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The Lowell Center for Sustainable Production conducts research, develops practical tools and concepts, engages strategically with diverse groups, and most importantly, spearheads change.  Over the past several months, the Lowell Center advanced initiatives in many areas—from leading the effort to develop a set of generational goals for a common future to advising the United Nations in advancing precautionary chemicals policies.  Following is a sample of these activities.

Developing Health and Environment Goals for the Next Generation

We led an effort to develop Generational Goals to ensure health and well-being for future generations and the natural world.  These are goals that, with sufficient will, can be accomplished within one generation.  Over 100 leaders of environmental, labor, healthcare, community, and agricultural organizations participated in creating the goals as well as priority actions that will help us meet the goals.

Promoting Precautionary Chemicals Policies

We continue to advance research and policy development for chemicals policy reform in many U.S. states. We have collaborated with environmental health advocates, forward-thinking businesses, labor representatives, and government officials to create state policies and institutions that promote precaution, innovation, and green chemistry. For example:

  • We developed an action plan for the State of Michigan to implement a green chemistry executive directive.
  • We researched chemicals management practices for True Textiles and United Technologies Corporation.
  • We were commissioned by the International Joint Commission to co-write the report The Challenge of Substances of Emerging Concern in the Great Lakes Basin: A Review of Chemicals Policies and Programs in Canada and the United States.

Reducing Risks to Home Healthcare Workers

We have conducted one of the country’s largest studies of the risks related to needlestick injuries among home healthcare workers. The project, funded by the National Institute of Occupational Safety and Health (NIOSH), has been conducted in close collaboration with major home healthcare providers and unions in eastern Massachusetts. The study has both quantified the risks and provided significant insights about working conditions of this rapidly growing but under-studied workforce. Home healthcare agencies have begun to incorporate our recommendations for improving workplace safety.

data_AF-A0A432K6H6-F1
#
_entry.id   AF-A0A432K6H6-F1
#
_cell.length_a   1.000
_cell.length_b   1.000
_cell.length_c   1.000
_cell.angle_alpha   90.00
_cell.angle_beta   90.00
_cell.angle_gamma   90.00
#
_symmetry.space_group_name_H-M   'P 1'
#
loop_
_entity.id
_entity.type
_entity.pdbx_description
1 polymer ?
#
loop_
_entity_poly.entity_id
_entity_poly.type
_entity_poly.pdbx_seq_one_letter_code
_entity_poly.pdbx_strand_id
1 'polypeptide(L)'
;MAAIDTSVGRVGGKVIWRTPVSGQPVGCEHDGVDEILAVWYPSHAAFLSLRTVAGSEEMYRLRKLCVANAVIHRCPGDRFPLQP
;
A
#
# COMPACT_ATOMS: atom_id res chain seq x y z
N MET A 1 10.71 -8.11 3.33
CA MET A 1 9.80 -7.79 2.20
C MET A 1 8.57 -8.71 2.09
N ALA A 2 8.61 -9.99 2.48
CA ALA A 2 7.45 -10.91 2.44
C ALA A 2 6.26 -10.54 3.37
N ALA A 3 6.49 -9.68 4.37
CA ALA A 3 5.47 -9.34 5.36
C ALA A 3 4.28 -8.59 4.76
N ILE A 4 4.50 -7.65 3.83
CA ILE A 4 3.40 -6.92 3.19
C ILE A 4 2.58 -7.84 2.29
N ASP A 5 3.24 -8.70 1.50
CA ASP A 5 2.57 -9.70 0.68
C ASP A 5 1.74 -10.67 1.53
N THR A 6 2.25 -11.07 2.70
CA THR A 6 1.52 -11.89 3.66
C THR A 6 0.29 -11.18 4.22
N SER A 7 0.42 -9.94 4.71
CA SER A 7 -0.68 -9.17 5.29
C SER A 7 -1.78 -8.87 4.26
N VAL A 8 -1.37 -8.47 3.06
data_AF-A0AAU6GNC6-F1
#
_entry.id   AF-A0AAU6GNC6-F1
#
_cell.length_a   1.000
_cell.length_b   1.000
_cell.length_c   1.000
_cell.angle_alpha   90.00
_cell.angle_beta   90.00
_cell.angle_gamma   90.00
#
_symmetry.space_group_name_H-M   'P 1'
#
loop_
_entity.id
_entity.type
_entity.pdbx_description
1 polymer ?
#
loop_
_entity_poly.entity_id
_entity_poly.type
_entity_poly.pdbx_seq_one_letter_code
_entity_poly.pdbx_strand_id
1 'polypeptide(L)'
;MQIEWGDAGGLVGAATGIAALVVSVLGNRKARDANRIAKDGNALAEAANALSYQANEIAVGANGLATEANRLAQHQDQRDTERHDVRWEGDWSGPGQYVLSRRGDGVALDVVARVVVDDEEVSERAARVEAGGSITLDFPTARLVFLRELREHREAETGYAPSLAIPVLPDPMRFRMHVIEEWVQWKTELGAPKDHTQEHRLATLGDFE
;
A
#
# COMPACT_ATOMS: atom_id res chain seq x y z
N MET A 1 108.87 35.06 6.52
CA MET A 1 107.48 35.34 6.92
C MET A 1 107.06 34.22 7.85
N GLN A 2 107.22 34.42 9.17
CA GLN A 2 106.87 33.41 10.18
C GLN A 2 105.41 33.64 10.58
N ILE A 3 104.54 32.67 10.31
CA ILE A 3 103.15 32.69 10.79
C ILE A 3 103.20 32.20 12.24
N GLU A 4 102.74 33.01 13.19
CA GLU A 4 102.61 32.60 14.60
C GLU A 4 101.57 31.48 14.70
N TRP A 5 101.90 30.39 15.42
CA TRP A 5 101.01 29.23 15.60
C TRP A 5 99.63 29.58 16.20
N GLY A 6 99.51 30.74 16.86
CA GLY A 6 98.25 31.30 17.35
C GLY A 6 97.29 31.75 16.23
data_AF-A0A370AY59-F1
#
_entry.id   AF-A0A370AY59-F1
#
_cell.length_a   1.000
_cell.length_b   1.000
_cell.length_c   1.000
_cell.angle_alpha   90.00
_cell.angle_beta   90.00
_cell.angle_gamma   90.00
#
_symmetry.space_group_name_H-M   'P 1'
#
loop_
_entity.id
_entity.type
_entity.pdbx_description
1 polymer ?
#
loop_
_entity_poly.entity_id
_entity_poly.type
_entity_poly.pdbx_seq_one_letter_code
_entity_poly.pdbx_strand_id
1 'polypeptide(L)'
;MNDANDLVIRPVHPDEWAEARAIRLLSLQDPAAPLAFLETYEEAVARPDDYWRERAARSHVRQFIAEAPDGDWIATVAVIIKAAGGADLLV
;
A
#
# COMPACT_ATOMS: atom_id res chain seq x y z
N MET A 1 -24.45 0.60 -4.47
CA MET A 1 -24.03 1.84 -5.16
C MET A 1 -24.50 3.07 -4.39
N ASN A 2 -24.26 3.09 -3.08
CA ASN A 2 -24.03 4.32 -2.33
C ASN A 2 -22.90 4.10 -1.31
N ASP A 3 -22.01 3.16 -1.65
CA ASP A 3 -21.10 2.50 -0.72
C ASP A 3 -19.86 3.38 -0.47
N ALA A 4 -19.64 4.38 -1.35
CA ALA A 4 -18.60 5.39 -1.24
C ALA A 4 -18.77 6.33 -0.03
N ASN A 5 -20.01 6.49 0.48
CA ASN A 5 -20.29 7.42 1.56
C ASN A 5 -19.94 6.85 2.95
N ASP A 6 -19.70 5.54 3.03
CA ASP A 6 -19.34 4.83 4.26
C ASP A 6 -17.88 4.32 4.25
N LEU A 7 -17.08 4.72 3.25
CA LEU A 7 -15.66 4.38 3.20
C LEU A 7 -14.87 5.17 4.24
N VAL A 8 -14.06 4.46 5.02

Identifying Chemicals that Cause Asthma in Massachusetts

The Lowell Center collaborated with the Toxics Use Reduction Institute (TURI) to research the extent to which chemicals that can cause or exacerbate asthma are being used by Massachusetts industries who report under the Toxics Use Reduction Act (TURA) program. We identified several promising directions for prevention of future cases of asthma. This is the first analysis of its kind in the country, and has implications for government and private sector decision makers.

Facilitating a City-Wide Centralized Referral System for Asthma Home Visits

With the City of Boston, the Lowell Center is leading an effort to coordinate home visit programs for asthma to reduce environmental triggers and enable health care providers to easily refer people to these programs. Project goals are to increase access to home visits for people whose asthma is out of control, and attract reimbursement by health insurers. The project is part of the EHP’s initiative to incorporate preventive measures into standard health care delivery and ensure financing for such programs. This is the first such city-wide effort in the U.S.

Promoting Green Chemistry in States and Universities

The Green Chemistry and Commerce Council (the GC3 is facilitated by the Lowell Center) in partnership with the National Pollution Prevention Roundtable developed a report Growing the Green Economy through Green Chemistry and Design for Environment: A Resource Guide for States and Higher Education. The report offers guidance to state governments and policy researchers developing policies on chemical and material selection, and offers options for states to promote research, development, and use of these approaches.

Promoting Green Cleaning

The Sustainable Hospitals Program released Cleaning in Healthcare Facilities: Reducing Human Health Effects and Environmental Impacts at this year’s CleanMed global conference on environmentally sustainable healthcare. The Lowell Center is increasingly recognized as a center of technical and policy expertise on cleaning issues in healthcare and industry.

Convening International Workshop on Alternative Assessment Methods

At the request of the International POPs (Persistent Organic Pollutants) Elimination Network, the Lowell Center organized an international workshop on the potential role of alternatives assessment methodologies in the POPs Convention.

Establishing an Interstate Chemicals Clearinghouse (IC2)

We coordinated the effort to establish an Interstate Chemicals Clearinghouse (IC2). Ten states have now  formally joined the effort. The IC2 would be a new and much-needed entity for collaborating and sharing information among state and local governments implementing industrial chemicals management policies. The Clearinghouse will also support environmental advocates promoting new chemicals policies as well as businesses moving towards inherently cleaner alternatives to toxic chemicals.

Testifiying as Experts to the President’s Cancer Panel

Two Lowell Center faculty—Adjunct Professor Dick Clapp and Lowell Center Co-Director David Kriebel—were called to testify before the President’s Cancer Panel about the state of the evidence on chemicals linked to cancer. The panel reports to the President of the United States on the development and execution of the National Cancer Program.

UML